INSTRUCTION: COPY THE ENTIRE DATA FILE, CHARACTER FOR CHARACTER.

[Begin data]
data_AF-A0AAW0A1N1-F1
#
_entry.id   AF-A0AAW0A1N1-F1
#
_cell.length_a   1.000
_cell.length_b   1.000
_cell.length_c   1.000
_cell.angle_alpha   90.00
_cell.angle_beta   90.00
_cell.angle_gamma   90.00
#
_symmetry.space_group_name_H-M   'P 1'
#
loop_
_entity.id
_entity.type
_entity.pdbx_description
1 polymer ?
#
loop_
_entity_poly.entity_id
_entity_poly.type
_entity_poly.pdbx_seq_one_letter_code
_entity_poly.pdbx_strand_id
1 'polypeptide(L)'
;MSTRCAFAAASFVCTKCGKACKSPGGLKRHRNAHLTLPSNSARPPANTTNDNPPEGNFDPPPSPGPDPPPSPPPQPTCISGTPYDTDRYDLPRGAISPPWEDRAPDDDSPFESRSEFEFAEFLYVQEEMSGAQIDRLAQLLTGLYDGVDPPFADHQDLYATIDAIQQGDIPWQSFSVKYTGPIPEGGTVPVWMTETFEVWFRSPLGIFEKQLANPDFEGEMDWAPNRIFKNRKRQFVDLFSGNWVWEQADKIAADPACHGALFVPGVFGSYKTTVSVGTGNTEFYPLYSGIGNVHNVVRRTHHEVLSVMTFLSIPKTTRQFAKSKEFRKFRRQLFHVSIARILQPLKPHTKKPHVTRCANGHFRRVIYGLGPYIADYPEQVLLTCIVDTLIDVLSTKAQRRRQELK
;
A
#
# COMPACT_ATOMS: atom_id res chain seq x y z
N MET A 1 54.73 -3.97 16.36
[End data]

data_AF-A0AAW0A1N1-F1
#
_entry.id   AF-A0AAW0A1N1-F1
#
_cell.length_a   1.000
_cell.length_b   1.000
_cell.length_c   1.000
_cell.angle_alpha   90.00
_cell.angle_beta   90.00
_cell.angle_gamma   90.00
#
_symmetry.space_group_name_H-M   'P 1'
#
loop_
_entity.id
_entity.type
_entity.pdbx_description
1 polymer ?
#
loop_
_entity_poly.entity_id
_entity_poly.type
_entity_poly.pdbx_seq_one_letter_code
_entity_poly.pdbx_strand_id
1 'polypeptide(L)'
;MSTRCAFAAASFVCTKCGKACKSPGGLKRHRNAHLTLPSNSARPPANTTNDNPPEGNFDPPPSPGPDPPPSPPPQPTCISGTPYDTDRYDLPRGAISPPWEDRAPDDDSPFESRSEFEFAEFLYVQEEMSGAQIDRLAQLLTGLYDGVDPPFADHQDLYATIDAIQQGDIPWQSFSVKYTGPIPEGGTVPVWMTETFEVWFRSPLGIFEKQLANPDFEGEMDWAPNRIFKNRKRQFVDLFSGNWVWEQADKIAADPACHGALFVPGVFGSYKTTVSVGTGNTEFYPLYSGIGNVHNVVRRTHHEVLSVMTFLSIPKTTRQFAKSKEFRKFRRQLFHVSIARILQPLKPHTKKPHVTRCANGHFRRVIYGLGPYIADYPEQVLLTCIVDTLIDVLSTKAQRRRQELK
;
A
#
# COMPACT_ATOMS: atom_id res chain seq x y z
N MET A 1 54.73 -3.97 16.36